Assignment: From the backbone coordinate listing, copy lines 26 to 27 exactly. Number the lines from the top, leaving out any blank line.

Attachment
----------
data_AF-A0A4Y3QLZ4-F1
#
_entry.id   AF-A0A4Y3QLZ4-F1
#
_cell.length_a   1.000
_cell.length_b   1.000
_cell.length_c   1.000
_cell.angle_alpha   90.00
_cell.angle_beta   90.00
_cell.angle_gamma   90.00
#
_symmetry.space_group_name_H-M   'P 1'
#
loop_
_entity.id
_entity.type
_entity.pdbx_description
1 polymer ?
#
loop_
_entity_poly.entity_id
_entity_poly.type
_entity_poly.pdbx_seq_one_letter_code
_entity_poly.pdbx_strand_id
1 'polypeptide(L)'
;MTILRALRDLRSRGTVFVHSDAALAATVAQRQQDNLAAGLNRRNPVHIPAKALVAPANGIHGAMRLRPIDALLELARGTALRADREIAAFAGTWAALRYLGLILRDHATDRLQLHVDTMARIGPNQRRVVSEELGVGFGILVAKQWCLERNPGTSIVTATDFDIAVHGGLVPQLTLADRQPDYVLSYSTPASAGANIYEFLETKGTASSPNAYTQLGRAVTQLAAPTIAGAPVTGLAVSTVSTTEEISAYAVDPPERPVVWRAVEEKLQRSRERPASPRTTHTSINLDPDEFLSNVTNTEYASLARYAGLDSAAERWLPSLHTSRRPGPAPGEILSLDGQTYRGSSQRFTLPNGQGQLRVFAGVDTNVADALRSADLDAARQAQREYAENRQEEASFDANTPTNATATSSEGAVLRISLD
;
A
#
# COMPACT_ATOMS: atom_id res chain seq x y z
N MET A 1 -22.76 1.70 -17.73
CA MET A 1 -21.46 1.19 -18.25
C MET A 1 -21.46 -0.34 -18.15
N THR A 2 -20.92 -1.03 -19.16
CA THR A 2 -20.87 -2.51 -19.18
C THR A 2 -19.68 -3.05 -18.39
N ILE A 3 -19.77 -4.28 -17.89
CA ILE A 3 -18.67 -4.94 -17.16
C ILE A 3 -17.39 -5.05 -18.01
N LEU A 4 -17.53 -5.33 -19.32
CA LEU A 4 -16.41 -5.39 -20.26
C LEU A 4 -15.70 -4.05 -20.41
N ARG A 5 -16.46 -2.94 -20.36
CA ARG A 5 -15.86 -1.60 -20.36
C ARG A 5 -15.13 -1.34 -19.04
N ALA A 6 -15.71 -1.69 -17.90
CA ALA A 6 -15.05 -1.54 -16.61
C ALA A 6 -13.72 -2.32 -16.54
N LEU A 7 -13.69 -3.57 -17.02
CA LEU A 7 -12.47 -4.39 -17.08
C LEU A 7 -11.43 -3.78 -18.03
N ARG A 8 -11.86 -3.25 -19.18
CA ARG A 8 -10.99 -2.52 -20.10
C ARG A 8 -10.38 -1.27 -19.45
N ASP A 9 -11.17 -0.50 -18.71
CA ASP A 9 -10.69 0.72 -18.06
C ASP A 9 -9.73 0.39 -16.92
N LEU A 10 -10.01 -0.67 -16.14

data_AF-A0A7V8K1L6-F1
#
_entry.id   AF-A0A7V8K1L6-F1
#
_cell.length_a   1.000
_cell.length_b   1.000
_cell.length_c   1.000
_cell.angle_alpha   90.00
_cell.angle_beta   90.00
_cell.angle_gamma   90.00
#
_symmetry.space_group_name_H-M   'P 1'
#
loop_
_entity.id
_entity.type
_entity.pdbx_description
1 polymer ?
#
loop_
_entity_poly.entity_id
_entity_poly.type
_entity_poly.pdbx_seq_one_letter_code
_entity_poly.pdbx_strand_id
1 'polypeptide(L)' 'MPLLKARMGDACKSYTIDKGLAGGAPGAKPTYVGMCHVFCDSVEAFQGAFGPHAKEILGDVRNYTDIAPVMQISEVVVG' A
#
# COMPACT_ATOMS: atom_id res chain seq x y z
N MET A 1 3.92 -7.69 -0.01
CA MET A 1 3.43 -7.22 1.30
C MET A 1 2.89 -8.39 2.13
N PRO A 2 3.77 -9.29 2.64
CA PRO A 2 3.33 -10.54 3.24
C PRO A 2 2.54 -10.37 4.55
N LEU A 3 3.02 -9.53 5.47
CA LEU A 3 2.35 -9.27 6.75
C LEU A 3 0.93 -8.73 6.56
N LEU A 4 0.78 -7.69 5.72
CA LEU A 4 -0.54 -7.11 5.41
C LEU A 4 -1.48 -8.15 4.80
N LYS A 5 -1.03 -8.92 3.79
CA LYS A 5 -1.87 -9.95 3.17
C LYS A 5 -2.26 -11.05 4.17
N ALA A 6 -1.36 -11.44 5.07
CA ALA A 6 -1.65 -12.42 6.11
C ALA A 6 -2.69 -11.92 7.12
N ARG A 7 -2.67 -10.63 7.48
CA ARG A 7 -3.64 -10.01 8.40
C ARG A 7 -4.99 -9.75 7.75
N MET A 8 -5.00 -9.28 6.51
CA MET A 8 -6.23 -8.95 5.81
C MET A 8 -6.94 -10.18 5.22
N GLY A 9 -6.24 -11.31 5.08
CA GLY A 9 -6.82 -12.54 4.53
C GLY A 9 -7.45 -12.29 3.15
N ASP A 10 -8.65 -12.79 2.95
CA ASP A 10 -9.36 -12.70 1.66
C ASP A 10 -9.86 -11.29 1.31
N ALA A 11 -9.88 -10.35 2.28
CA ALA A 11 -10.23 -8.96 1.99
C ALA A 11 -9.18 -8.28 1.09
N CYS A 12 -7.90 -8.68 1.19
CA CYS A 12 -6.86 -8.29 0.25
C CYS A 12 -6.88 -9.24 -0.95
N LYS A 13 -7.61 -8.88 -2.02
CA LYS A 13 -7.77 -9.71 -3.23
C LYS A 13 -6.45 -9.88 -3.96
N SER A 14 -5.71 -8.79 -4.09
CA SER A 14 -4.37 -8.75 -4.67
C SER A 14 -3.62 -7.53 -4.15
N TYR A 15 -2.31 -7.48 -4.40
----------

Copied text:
;MTILRALRDLRSRGTVFVHSDAALAATVAQRQQDNLAAGLNRRNPVHIPAKALVAPANGIHGAMRLRPIDALLELARGTALRADREIAAFAGTWAALRYLGLILRDHATDRLQLHVDTMARIGPNQRRVVSEELGVGFGILVAKQWCLERNPGTSIVTATDFDIAVHGGLVPQLTLADRQPDYVLSYSTPASAGANIYEFLETKGTASSPNAYTQLGRAVTQLAAPTIAGAPVTGLAVSTVSTTEEISAYAVDPPERPVVWRAVEEKLQRSRERPASPRTTHTSINLDPDEFLSNVTNTEYASLARYAGLDSAAERWLPSLHTSRRPGPAPGEILSLDGQTYRGSSQRFTLPNGQGQLRVFAGVDTNVADALRSADLDAARQAQREYAENRQEEASFDANTPTNATATSSEGAVLRISLD
;